President Bush said today that Saddam Hussein's regime has "passed into history". But he didn't actually declare victory -- yet.
So when will the war be over?
According to Agence France Press (quoted here in a Malaysian newspaper), the task of declaring victory will probably fall to U.S. General Tommy Franks, who was in Baghdad today. But he'll want to do it in a low-key way.
Timing is everything, said British Lieutenant Colonel Ronnie McCourt. "The danger is leaving it too late, which could allow civil disruptions to come up, or to do it too early, and when we get the humanitarian aid in and people start taking potshots or try to ambush.''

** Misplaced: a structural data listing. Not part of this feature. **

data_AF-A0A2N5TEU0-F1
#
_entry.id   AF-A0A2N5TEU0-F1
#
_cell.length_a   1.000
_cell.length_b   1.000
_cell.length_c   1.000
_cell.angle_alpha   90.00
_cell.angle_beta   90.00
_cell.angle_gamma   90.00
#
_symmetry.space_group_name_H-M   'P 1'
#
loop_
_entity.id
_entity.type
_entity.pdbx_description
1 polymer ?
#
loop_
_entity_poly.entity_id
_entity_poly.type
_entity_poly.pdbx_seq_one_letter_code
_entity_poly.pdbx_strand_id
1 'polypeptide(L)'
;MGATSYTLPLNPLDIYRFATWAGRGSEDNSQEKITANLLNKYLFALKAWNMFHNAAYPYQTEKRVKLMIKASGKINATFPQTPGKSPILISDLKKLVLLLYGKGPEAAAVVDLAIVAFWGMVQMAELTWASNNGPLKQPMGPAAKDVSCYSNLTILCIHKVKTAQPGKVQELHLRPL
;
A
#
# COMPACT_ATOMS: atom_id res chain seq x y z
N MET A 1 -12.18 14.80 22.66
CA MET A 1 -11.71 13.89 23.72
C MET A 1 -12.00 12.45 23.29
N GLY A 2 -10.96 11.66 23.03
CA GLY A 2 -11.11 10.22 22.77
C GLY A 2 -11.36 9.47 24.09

Then, too, declaring an end to the war might put greater pressure on the U.S. to bring law and order to the country. "Under international humanitarian law, or the laws of war, an occupying power has a duty to restore and ensure public order and safety in the territory under its authority," according to Human Rights Watch. "Military commanders on the spot must prevent and where necessary suppress serious violations involving the local population. Ensuring local security includes protecting people from reprisals and revenge attacks, such as those directed against members of minority populations or government officials."
Meanwhile, rumors abound that Iraq's former information minister, Muhammed Saeed
al-Sahaf, has committed suicide. That might be a blow to the folks running the wildly popular www.welovetheiraqiinformationminister.com, where al-Sahaf's worldwide cult status has been immortalized in cyberspace.